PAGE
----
INSIGHT by WWF
The second negotiation meeting for the UN Global Treaty to End Plastic Pollution (INC-2) has provided another important step forward in global efforts to address the worsening plastic crisis. Concluding today, WWF strongly welcomes the ‘tangible progress’ made in the talks and the agreement by states to develop a first iteration of the treaty text (a ‘zero draft’) ahead of the next round of negotiations taking place in Kenya in November (INC-3).
Over the last week WWF has seen the vast majority of governments actively calling for an ambitious and impactful global treaty which includes a set of specific and comprehensive binding rules across the plastic life cycle. Many governments have also echoed WWF’s technical proposals, including global bans on high-risk plastic products and polymers, reducing production and consumption, promotion of reuse and recycling, and the responsible management of plastic waste.
“After a week of negotiations, the world is one step closer to the unmissable opportunity of a global treaty to end the plastic pollution crisis . The first draft of the treaty that will now be developed must reflect the ambition shown by the vast majority of countries here in Paris, and include the global bans and control measures that are needed to reduce and eliminate production and consumption of unnecessary and harmful plastic products and materials and turn the tide on plastic pollution. Ahead of the next round of negotiations, governments must continue in the spirit and determination shown here this week and work together to realise the ambitious world-changing treaty needed to halt plastic pollution.”
-Marco Lambertini, WWF Special Envoy
WWF has observed that of the almost 180 states in attendance at the talks, 135 states are now specifically calling for binding global rules, which would apply to all countries equally rather than a voluntary agreement where governments have the option to pick and choose actions. Additionally, 94 states have called for the treaty to prioritise bans or phase-outs of problematic polymers, chemicals and high-risk plastic products. Welcomed also was the announcement that Japan, Gabon and Mauritius are joining the High Ambition Coalition to End Plastic Pollution and the coalition’s statement from more than 55 ministers.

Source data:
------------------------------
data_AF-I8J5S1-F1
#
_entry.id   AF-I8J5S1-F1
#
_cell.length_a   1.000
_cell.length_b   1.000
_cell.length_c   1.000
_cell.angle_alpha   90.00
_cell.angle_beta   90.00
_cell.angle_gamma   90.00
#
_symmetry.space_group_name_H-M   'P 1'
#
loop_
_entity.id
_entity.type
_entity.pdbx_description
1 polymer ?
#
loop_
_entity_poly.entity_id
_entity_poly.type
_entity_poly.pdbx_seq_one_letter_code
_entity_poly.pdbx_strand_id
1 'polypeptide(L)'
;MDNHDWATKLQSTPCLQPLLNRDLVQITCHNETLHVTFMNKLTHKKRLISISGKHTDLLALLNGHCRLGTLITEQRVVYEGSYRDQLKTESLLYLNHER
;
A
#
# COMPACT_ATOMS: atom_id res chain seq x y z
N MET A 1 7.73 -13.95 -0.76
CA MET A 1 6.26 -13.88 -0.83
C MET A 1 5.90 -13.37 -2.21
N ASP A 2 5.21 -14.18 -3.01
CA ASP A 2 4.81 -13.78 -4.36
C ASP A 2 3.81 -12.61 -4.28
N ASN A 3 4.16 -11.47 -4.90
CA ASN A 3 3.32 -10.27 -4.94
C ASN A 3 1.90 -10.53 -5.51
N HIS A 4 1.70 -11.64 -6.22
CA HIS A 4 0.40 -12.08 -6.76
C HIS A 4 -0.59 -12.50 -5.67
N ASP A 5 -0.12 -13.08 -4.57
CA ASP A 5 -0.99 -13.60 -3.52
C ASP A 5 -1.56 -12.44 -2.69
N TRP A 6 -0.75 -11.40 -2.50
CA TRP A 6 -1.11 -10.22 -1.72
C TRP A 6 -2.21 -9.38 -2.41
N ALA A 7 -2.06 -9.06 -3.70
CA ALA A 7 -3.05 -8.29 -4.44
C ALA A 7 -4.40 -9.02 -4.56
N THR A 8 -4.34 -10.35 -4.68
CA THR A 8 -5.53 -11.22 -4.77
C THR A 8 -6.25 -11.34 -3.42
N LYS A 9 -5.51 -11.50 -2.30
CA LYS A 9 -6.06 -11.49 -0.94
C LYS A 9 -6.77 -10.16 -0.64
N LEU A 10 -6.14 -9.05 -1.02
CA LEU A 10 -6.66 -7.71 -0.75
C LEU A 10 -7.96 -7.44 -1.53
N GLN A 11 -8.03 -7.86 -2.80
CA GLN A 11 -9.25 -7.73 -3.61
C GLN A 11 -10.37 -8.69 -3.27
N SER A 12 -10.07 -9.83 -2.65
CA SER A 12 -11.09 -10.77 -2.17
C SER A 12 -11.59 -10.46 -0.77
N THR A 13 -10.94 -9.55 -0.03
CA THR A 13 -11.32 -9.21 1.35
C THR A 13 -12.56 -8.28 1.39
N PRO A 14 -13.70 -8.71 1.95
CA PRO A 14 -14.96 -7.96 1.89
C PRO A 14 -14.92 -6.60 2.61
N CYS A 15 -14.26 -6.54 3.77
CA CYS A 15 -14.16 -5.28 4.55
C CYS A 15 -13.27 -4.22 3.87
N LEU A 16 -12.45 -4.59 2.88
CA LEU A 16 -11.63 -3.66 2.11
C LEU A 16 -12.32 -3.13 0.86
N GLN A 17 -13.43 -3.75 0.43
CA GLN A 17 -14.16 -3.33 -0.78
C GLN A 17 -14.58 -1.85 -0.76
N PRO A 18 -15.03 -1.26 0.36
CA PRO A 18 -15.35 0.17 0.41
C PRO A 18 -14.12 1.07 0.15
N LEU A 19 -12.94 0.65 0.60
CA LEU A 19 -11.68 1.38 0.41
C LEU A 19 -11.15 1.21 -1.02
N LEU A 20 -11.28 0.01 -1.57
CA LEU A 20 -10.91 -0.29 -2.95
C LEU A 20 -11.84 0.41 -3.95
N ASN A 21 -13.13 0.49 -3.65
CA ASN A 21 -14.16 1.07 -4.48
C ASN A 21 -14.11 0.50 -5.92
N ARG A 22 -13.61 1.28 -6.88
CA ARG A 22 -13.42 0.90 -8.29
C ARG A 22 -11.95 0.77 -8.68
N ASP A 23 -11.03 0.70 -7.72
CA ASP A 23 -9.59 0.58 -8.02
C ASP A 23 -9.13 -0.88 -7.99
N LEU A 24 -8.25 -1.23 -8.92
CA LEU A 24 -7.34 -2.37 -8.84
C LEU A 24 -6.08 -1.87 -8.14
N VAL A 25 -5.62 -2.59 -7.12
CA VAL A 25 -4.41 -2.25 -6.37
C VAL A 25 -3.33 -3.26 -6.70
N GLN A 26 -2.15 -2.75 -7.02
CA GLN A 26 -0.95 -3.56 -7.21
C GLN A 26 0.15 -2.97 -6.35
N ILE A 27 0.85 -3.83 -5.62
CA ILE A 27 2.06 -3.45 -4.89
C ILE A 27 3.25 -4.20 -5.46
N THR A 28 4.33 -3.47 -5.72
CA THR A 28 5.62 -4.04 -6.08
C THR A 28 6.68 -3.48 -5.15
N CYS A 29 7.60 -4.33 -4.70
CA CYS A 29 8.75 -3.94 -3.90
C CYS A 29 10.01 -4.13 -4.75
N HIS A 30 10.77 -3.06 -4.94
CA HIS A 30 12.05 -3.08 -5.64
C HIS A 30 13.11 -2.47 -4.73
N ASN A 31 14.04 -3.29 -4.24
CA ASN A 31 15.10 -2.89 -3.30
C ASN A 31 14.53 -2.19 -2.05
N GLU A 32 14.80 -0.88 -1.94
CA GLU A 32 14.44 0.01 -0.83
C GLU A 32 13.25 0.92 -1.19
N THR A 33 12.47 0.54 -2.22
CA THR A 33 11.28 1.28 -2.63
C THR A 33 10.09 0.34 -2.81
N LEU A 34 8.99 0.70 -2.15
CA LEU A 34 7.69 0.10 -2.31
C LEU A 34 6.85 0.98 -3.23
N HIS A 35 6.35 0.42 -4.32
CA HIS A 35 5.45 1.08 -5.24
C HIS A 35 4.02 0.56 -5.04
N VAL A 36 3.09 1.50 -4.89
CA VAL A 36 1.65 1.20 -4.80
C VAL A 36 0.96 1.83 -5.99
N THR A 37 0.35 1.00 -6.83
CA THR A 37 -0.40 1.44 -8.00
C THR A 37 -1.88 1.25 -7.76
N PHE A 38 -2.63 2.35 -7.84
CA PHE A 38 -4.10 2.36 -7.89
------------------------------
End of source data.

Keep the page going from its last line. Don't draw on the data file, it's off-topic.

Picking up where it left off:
Leading companies from across the value chain, including the Business Coalition for a Global Plastics Treaty, have also been vocal in expressing their support for legally binding global rules and measures to drive change on a global scale.
Despite progress made, the meeting also witnessed active delaying tactics. A group of states challenged previously agreed procedural rules around voting mechanisms in an attempt to delay the process. This resulted in a stalemate that lasted almost half the week, wasting critical time for states to discuss substantive solutions that the treaty could deliver. While suspended for this week, the attempt to remove the option of a vote, which could result in a situation where one country could veto the text and block the adoption of the treaty – could re-emerge at future negotiations.
To ensure strong outcomes of the future negotiation meetings, WWF urges states to act proactively and create progress on technical matters between the formal negotiation meetings. WWF recommends states to align under a single global vision for a high ambition global plastic pollution treaty join the High Ambition Coalition to End Plastic Pollution, already including over 50 governments.
“We must not see a repeat of the delaying tactics witnessed in Paris in the next stage of negotiations. Parties should not allow negotiations to be held hostage by a few when the majority wants to move ahead. We do not have time for delays. Every day we delay 30,000 tonnes of plastic leaks into the ocean. This is an urgent global crisis that needs an urgent global response. The over-production and consumption of plastic is suffocating our rivers and oceans, killing wildlife and contaminating our food, air and water. And it’s only getting worse. This new global treaty to end plastic pollution is our one opportunity to change that.”
-Zaynab Sadan, WWF Regional Plastic Policy Coordinator for Africa
WWF has also expressed concerns about the restrictions put on civil society groups and scientists at the INC-2 negotiations, with many delegates signed-up to attend the summit unable to participate in or observe negotiations. A robust, ambitious and effective treaty must be one built on a foundation of inclusivity and transparency.
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